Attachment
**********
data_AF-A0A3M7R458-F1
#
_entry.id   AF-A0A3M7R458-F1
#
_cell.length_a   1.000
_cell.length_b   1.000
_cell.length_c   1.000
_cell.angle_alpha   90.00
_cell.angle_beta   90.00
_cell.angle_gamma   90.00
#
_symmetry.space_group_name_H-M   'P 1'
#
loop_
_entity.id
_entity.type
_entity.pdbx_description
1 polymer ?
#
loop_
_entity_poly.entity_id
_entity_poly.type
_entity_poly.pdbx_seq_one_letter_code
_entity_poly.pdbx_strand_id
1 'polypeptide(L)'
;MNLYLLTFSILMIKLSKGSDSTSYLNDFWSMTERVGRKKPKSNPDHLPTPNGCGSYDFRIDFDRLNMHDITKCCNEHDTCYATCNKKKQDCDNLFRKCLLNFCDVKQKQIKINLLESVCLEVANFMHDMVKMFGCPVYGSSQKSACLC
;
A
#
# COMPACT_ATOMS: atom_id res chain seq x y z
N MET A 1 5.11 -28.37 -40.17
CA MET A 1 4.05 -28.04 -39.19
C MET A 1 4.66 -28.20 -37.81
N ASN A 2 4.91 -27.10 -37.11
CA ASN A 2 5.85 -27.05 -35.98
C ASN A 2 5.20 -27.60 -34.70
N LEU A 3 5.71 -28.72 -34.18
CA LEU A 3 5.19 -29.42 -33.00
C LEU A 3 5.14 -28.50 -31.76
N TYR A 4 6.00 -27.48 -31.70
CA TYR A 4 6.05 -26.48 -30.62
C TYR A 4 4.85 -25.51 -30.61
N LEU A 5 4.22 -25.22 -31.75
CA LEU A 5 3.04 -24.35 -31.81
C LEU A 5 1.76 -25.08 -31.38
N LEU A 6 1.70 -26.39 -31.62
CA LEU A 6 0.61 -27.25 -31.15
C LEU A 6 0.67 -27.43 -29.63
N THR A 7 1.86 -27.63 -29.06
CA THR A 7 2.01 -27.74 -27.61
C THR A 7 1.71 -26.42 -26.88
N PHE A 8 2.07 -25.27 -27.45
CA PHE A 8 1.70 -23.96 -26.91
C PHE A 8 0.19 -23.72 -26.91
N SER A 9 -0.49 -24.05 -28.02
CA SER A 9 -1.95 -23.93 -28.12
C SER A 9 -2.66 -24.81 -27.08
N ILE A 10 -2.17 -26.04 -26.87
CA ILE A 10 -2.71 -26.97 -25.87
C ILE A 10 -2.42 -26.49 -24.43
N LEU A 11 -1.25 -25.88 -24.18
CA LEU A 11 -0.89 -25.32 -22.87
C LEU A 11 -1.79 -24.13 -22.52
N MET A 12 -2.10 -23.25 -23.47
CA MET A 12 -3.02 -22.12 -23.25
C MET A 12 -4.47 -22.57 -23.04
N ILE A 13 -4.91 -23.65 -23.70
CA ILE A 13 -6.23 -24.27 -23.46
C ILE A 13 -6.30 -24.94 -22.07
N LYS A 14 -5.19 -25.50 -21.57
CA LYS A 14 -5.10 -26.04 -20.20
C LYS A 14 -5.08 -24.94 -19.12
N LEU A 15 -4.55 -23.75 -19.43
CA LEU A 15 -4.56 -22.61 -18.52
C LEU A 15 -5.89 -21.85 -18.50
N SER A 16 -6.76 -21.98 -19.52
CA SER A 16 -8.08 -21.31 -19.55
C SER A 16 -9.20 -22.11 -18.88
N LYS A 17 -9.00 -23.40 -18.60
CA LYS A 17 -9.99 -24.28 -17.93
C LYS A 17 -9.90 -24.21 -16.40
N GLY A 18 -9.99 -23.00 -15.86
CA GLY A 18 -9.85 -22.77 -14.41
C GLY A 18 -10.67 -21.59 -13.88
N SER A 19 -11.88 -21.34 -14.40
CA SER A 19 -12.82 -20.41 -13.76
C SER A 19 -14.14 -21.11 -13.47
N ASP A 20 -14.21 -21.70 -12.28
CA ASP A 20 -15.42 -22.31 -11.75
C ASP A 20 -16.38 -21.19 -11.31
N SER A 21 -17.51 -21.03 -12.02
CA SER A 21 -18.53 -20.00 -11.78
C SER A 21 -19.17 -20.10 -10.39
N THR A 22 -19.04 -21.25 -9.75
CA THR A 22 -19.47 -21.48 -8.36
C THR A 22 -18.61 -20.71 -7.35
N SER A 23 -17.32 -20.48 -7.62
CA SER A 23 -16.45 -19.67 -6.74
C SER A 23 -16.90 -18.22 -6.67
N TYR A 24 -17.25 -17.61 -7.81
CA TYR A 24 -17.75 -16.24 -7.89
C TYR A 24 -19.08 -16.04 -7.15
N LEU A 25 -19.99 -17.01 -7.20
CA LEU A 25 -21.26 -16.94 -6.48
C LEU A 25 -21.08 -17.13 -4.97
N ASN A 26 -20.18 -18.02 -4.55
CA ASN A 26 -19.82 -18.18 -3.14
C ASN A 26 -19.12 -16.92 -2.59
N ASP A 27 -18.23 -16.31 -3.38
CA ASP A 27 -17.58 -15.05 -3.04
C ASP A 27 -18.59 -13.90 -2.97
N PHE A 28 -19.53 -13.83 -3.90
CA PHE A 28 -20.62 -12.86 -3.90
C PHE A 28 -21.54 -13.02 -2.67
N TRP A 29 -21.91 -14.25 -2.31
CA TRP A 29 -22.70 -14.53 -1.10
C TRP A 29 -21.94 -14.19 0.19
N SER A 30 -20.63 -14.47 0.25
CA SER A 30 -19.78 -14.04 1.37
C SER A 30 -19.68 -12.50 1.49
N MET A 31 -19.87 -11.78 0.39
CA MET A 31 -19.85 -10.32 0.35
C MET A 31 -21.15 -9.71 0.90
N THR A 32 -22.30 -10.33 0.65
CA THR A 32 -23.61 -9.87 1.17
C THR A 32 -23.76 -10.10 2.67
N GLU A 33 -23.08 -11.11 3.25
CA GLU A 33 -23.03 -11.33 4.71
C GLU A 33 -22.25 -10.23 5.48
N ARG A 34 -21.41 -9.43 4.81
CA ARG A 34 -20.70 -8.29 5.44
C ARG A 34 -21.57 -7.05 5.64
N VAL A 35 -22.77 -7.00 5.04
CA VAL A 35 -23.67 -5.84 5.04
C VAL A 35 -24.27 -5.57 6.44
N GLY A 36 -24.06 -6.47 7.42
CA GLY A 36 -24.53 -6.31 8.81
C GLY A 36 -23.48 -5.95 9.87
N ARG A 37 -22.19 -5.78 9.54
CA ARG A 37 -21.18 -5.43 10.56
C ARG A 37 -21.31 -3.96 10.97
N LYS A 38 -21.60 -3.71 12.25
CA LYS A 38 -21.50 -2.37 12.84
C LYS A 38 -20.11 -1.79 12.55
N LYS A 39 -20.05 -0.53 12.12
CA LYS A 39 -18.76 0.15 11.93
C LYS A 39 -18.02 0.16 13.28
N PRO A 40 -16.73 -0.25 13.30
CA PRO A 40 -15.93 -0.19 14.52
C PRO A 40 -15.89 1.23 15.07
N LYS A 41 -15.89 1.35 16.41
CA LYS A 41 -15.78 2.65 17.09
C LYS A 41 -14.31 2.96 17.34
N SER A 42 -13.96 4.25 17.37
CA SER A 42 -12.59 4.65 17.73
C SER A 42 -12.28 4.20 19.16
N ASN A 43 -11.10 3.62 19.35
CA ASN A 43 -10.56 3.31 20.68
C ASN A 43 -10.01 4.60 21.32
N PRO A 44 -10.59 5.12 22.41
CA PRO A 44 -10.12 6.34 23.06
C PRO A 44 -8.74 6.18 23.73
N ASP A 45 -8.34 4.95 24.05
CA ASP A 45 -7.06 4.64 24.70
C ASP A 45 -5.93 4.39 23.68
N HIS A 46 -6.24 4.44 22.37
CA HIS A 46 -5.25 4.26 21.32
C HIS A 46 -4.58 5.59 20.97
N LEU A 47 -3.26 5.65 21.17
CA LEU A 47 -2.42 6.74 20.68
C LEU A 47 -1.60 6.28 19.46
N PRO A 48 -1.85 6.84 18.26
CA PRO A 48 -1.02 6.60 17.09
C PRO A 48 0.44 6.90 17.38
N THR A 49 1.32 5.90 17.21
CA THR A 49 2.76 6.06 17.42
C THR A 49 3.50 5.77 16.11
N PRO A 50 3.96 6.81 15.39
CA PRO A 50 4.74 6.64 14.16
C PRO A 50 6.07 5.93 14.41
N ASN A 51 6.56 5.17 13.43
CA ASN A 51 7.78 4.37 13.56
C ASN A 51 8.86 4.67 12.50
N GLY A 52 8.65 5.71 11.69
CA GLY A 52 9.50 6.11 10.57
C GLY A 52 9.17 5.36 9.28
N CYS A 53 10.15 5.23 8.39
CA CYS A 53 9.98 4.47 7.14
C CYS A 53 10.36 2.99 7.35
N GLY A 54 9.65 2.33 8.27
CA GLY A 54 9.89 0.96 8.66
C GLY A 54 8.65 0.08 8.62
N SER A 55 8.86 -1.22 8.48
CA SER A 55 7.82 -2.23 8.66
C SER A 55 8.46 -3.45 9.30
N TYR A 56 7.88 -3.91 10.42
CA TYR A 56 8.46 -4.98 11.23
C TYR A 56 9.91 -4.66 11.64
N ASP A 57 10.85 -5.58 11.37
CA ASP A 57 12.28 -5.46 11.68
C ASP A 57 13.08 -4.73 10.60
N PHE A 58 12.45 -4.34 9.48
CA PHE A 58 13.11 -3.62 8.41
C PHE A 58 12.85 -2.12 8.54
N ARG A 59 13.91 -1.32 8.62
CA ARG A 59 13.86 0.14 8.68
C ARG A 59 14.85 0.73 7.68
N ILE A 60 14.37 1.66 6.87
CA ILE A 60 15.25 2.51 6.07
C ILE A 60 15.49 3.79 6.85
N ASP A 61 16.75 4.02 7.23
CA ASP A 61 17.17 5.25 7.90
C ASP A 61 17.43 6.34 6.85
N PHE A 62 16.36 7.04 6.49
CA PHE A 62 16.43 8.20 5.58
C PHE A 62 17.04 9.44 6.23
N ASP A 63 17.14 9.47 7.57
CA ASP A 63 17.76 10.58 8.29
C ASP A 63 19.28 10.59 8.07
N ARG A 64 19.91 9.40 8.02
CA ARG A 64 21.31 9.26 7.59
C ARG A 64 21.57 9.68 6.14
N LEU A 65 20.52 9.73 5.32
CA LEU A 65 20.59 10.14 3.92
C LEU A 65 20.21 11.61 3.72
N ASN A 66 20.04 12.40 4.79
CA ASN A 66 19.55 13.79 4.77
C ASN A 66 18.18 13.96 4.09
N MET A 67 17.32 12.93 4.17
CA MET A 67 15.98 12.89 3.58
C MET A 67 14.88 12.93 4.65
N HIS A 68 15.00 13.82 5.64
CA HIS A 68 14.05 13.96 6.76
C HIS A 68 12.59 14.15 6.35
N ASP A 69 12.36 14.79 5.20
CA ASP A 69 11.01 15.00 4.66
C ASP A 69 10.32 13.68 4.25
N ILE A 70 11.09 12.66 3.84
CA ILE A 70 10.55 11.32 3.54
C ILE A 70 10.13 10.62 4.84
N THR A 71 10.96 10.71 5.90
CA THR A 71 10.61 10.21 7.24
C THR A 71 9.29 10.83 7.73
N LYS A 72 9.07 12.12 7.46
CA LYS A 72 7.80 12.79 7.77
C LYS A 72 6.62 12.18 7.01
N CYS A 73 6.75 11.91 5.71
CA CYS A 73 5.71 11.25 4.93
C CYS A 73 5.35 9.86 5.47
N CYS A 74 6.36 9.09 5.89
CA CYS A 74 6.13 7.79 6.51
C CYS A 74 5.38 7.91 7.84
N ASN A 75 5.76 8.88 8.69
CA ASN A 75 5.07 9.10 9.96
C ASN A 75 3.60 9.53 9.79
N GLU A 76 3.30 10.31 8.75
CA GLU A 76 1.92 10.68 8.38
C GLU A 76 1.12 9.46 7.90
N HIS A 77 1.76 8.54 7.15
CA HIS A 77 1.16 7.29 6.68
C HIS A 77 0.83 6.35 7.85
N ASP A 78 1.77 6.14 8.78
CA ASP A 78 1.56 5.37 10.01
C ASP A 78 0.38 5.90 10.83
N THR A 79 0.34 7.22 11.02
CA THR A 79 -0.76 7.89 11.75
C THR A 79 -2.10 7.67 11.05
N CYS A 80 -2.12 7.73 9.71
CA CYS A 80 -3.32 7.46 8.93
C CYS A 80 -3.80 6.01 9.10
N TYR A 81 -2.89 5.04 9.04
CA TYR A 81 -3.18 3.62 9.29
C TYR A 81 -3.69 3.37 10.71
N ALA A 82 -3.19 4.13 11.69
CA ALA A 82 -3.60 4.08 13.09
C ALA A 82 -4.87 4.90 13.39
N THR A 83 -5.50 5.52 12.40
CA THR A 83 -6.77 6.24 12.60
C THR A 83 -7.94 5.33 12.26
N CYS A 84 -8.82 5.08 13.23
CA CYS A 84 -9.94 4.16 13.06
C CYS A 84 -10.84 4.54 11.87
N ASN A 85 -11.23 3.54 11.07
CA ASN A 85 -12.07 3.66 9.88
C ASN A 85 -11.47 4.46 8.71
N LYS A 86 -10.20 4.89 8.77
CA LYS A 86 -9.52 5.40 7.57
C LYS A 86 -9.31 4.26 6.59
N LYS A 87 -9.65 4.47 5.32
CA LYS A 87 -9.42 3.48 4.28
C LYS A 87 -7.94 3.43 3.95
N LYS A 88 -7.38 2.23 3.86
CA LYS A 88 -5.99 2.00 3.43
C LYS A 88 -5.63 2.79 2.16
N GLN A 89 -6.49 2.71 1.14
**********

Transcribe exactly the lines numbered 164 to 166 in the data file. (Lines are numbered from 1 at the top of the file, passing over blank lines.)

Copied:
CA ASP A 45 -7.06 4.64 24.70
C ASP A 45 -5.93 4.39 23.68
N HIS A 46 -6.24 4.44 22.37